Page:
Now that you have planned your races for the season and started your training, it is important to make sure that you don’t ruin all your hard work and investment by getting injured.
Many an athlete gets within weeks of competition only to get hurt. Below are nine tips to staying healthy all race season.
1. Pay Attention to Your Equipment
In triathlon training, the two pieces of equipment that are most important to watch are your bike and your running shoes. Your bike will need new tires every season. Be sure to check tire air pressure and brake pads regularly. And of course, it is critical to have a good bike helmet to avoid serious injury in the case of a fall.
2. Strength Train During the Season
Running, swimming and biking mainly focuses on the quads, gluts, core, pecs, back and triceps. In order to avoid injuries, particularly as the mileage increases, it’s important to strength train all of the muscle groups. This will help with muscle balance throughout your body. Also, keeping the muscles strong will take some of the pounding off of the joints.
3. Use a Foam Roller
The most important piece of stretching equipment you can own is a foam roller. Foam rolling helps to roll out knots in muscles and serves as a sort of deep tissue massage that you can do on yourself. Be sure to hit IT bands, your lower back and your calves. Foam rolling should be done after stretching.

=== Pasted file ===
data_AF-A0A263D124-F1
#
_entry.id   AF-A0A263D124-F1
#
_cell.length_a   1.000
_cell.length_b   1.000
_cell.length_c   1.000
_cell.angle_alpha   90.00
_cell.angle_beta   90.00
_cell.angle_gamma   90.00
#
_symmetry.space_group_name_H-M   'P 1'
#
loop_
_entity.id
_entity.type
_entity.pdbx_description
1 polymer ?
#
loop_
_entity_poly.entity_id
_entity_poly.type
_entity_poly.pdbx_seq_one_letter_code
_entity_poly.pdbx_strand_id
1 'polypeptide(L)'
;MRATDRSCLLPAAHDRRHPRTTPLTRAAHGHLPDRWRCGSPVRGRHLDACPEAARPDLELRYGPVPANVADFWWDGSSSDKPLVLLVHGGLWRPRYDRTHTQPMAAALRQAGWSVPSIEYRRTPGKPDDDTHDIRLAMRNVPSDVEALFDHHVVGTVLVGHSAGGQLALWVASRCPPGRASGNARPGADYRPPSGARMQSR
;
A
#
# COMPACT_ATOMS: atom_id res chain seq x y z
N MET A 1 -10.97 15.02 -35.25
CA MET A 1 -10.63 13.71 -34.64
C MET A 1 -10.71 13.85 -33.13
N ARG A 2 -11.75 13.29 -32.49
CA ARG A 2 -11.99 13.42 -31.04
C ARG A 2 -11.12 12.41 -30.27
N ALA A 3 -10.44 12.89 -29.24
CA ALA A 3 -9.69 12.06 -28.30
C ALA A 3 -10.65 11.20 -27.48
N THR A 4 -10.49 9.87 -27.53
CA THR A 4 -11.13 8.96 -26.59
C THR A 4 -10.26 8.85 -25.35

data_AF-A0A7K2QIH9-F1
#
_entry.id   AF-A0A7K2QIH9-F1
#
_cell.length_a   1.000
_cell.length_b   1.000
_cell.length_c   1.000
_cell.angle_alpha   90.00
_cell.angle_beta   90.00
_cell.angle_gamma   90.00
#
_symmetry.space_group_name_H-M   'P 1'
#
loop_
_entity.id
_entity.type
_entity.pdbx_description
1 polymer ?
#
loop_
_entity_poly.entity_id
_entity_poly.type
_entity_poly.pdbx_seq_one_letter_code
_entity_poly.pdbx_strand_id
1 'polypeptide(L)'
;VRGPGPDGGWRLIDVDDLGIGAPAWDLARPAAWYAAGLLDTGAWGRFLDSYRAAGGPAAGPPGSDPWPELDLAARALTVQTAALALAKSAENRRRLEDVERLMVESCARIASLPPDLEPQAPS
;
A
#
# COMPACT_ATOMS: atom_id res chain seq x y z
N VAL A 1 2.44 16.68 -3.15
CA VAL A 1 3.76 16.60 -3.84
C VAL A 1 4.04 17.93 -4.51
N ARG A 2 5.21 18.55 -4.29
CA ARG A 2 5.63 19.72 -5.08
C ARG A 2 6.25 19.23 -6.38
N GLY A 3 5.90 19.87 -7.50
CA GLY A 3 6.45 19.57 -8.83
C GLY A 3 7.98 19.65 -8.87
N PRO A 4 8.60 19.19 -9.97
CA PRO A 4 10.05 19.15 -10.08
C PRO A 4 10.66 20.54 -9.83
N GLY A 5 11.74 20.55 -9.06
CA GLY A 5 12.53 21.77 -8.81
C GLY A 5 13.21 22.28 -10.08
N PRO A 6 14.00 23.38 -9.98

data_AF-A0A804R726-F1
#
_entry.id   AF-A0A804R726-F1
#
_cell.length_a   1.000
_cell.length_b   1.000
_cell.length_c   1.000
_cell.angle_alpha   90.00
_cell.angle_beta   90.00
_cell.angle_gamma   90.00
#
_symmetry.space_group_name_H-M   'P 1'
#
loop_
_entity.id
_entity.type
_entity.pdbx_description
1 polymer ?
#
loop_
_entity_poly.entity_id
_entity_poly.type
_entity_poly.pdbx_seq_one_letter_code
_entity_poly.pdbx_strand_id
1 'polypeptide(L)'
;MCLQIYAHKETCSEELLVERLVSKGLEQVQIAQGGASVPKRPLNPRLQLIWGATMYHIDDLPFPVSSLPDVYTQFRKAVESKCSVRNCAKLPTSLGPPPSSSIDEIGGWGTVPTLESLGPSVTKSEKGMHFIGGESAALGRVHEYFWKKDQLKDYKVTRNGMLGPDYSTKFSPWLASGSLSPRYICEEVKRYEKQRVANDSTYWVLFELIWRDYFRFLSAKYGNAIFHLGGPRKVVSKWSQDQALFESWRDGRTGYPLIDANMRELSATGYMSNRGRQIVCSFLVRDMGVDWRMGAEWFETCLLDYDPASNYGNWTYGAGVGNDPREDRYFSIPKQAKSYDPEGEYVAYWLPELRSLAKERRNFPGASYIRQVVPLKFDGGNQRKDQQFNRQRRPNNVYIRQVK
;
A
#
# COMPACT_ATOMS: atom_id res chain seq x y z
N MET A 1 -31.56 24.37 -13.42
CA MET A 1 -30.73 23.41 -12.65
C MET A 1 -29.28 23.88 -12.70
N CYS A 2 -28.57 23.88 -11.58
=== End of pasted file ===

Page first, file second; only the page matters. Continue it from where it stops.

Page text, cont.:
*Another great product to work out knots deep in your muscles is The Stick. It is great for targeting calves, quads, hamstrings, and the IT band.
4. Get a Massage
Sports massages are critical to muscle recovery. A trained sports massage therapist can identify and work out any knots of tightness that may crop up. Sports massage should be done as much as once a week. Obviously this can get expensive. At the very least, schedule a sports massage after every race.
5. Find Some Coaching
An experienced coach can help create and walk you through workouts. You don’t want to train either too hard or not enough for a race—this is a quick way to get hurt pre-race or during the race. They can also be a great help keeping you motivated and troubleshooting.
6. Listen to Your Body
If you have tingly toes when you run or a stiff neck when you bike, don’t ignore those symptoms. Go to your coach and get some advice on what’s happening. Too often, small problems become big or training gets tedious when it doesn’t have to.
7. Stick to a Healthy Diet
Pay attention to your diet. Not fueling yourself correctly or overeating can lead to real problems—dehydration, anemia, etc. You need to be sure to get enough protein and iron to allow your body to recover. Food is the fuel that helps you compete. Bad fuel can lead to bad results.
8. Try an Ice Bath
Ice baths should be done after every long workout. Ice naturally reduces swelling and aids muscles in healing.
*Or if like so many others, you find the ice bath painful and would rather be getting things done while you recover try 110% compression gear. You can ice and use compression while getting other things done.
9. Don’t Ignore Rest
Plan a day of rest once a week into your training schedule. No running, biking, swimming or strength training. Your body needs a day to recover. It will not hurt your performance, but will actually help it and is critical in muscle recovery.